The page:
The traditional operation was by limited thoracotomy using axillary or posterolateral approach. Currently, VATS has been increasingly used. There was always a controversy regarding the best treatment, either to manage surgically by open or VATS techniques.

Evidence from randomized controlled trials regarding the advantages associated with VATS for the treatment of pneumothorax seems to be similar for other advantages associated with other minimally invasive thoracic surgeries for other reasons. Most of these studies reported less surgery time, lower use of pain medication, and lower length of hospital stay [16] .

Horio et al. found that patients operated on with VATS had higher recurrences compared to patients operated on with thoracotomy. They suggested that these differences could be explained by undetected bullae in the VATS group [17] . Compared to thoracotomy, air leakage tests are more technically challenging during VATS.

Other authors have also recommended wedge resection of the apex in all cases [18] even if the bullae or bleb is not found. Wedging of the lung apex will lead to the creation of inflammation that leads to adhesions between the lung and the thoracic wall.

In a recent multicenter cohort study, they reported successful video assisted thoracic surgery for pneumothorax in 714 patients over a period of two years [19] . Hatz et al. reported excellent short and long term results comparable with thoracotomy [20] .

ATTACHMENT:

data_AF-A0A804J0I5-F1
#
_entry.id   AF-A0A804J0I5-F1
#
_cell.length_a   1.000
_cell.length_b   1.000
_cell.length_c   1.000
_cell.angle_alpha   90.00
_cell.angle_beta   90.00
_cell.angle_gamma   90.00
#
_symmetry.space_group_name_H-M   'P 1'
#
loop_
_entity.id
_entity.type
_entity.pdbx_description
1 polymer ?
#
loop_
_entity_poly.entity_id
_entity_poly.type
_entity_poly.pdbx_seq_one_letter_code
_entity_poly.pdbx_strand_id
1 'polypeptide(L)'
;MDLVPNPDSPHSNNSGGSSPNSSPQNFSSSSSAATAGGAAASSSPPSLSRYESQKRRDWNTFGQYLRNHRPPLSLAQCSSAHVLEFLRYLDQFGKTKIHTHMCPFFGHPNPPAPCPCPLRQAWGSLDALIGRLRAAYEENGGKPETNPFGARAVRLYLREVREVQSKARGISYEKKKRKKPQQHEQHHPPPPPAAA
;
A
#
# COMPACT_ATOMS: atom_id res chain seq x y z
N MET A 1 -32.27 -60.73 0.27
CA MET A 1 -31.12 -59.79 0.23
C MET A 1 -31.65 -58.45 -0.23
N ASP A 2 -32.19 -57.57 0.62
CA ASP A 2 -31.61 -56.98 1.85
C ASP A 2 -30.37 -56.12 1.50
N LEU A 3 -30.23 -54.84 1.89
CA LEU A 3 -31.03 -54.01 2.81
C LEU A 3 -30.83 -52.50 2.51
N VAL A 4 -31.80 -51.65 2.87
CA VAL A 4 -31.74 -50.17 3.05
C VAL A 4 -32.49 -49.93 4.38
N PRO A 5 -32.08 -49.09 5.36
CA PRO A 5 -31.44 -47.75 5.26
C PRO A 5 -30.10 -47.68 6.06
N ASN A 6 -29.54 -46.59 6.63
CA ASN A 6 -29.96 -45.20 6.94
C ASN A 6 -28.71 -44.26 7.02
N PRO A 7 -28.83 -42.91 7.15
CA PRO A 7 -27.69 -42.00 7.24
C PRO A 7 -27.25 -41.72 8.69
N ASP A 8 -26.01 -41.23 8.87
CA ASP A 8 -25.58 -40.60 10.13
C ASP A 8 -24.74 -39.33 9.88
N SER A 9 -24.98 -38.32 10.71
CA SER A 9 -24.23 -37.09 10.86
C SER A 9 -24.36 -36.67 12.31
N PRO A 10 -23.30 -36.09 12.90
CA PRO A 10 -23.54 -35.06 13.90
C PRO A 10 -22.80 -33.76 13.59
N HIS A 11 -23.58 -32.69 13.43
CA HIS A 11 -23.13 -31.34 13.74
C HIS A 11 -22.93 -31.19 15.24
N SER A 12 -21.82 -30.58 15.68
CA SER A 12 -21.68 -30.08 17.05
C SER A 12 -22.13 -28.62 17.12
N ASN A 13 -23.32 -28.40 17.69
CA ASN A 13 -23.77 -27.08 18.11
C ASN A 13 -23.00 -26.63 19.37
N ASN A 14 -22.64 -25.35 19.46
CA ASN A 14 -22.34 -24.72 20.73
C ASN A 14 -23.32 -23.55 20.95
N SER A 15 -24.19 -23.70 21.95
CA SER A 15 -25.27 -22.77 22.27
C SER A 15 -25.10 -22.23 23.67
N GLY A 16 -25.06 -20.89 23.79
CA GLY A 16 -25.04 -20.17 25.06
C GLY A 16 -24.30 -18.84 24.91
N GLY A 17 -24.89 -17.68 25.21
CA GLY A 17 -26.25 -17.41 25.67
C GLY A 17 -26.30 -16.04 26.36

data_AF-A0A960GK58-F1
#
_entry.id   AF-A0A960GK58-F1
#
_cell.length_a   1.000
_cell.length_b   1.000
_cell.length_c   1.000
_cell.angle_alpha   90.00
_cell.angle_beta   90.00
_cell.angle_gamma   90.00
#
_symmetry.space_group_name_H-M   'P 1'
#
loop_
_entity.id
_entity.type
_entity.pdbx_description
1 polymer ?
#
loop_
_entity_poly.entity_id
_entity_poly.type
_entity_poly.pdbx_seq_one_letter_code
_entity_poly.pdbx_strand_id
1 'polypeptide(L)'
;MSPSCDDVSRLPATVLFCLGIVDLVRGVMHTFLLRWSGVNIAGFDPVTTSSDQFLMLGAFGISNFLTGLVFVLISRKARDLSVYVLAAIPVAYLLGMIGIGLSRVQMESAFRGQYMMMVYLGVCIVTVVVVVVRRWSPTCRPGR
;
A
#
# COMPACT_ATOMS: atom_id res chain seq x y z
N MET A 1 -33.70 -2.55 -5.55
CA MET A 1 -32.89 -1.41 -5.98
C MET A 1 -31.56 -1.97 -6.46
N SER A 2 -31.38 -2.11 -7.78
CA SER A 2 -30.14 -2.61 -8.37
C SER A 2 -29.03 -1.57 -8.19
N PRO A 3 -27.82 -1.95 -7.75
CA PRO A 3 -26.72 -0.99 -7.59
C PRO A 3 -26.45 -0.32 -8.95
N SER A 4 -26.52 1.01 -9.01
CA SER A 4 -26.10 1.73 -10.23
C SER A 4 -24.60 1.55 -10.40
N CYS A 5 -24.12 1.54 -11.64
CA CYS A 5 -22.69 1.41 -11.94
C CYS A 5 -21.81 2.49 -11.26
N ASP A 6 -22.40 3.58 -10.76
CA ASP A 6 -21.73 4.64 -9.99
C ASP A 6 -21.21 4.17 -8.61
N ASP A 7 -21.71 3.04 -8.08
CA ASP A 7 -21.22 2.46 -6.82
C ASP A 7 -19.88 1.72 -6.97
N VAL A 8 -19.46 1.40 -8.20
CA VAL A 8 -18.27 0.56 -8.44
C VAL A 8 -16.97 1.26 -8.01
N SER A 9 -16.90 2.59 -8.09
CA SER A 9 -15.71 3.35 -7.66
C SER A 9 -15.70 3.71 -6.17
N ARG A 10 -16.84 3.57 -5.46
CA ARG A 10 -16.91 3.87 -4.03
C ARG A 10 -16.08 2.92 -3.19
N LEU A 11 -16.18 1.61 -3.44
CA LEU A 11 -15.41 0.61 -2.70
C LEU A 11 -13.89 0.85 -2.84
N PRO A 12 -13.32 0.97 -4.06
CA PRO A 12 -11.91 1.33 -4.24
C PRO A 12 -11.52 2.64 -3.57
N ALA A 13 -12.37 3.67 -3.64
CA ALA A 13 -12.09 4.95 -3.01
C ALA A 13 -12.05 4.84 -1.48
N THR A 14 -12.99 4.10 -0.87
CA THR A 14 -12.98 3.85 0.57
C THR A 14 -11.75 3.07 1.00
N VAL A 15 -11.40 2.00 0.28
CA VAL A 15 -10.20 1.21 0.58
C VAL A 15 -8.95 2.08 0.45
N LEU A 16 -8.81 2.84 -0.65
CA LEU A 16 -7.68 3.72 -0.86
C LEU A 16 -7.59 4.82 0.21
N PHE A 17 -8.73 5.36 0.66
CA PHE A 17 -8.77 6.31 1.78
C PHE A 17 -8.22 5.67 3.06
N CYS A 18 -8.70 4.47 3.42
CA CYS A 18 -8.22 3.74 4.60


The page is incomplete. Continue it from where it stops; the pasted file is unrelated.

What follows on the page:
In a review about the recurrence rate of pneumothorax with randomized and non-randomized trials, Barker et al. report that the recurrence of pneumothorax, when the same pleurodesis procedure is performed, is four-fold increased after VATS approaches rather than open approaches [21] . Different results were previously published by Sawada et al. who did not observe a statistical difference between videothoracoscopy and thoracotomy [22] . In our review the rate of recurrent pneumothoraces was 7.4%.

In the literature review there were some postoperative cases of death reported [23] . They were not consequences of VATS technique, but they were directly correlated to the poor preoperative conditions of the patients. In our study there were no death reported.

Bleeding requiring reoperation has been reported by some authors [2] [3] , but the source of blood loss was undetectable in the majority of the cases. In our experience there were one hemothorax which subsided by its own and didn’t require surgical intervention.

It must be underlined that, besides cases of re-operation, all authors report prolonged air leak, which is the most common postoperative complication. Other morbidities reported in literature are: pneumonia, atelectasis, needing of mechanical ventilation, wound infections, empyema, pleural effusion, ARDS and Horner’s syndrome [24] [25] .